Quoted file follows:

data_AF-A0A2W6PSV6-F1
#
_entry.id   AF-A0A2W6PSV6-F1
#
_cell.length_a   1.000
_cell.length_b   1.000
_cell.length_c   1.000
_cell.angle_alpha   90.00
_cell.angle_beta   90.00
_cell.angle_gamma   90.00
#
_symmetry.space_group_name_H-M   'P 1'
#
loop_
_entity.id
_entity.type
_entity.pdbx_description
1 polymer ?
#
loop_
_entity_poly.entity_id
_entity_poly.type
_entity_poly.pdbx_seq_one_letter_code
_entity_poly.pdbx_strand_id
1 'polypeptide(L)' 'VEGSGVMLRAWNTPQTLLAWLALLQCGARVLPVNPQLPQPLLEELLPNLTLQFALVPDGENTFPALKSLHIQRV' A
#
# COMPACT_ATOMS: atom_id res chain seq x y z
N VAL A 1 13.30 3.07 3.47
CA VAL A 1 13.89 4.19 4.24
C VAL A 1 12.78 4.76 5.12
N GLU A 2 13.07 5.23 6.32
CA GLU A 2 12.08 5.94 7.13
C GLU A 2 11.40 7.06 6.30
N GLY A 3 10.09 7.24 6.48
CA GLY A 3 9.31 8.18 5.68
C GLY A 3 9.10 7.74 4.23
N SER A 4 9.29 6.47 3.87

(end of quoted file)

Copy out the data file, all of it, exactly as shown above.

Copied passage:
data_AF-A0A2W6PSV6-F1
#
_entry.id   AF-A0A2W6PSV6-F1
#
_cell.length_a   1.000
_cell.length_b   1.000
_cell.length_c   1.000
_cell.angle_alpha   90.00
_cell.angle_beta   90.00
_cell.angle_gamma   90.00
#
_symmetry.space_group_name_H-M   'P 1'
#
loop_
_entity.id
_entity.type
_entity.pdbx_description
1 polymer ?
#
loop_
_entity_poly.entity_id
_entity_poly.type
_entity_poly.pdbx_seq_one_letter_code
_entity_poly.pdbx_strand_id
1 'polypeptide(L)' 'VEGSGVMLRAWNTPQTLLAWLALLQCGARVLPVNPQLPQPLLEELLPNLTLQFALVPDGENTFPALKSLHIQRV' A
#
# COMPACT_ATOMS: atom_id res chain seq x y z
N VAL A 1 13.30 3.07 3.47
CA VAL A 1 13.89 4.19 4.24
C VAL A 1 12.78 4.76 5.12
N GLU A 2 13.07 5.23 6.32
CA GLU A 2 12.08 5.94 7.13
C GLU A 2 11.40 7.06 6.30
N GLY A 3 10.09 7.24 6.48
CA GLY A 3 9.31 8.18 5.68
C GLY A 3 9.10 7.74 4.23
N SER A 4 9.29 6.47 3.87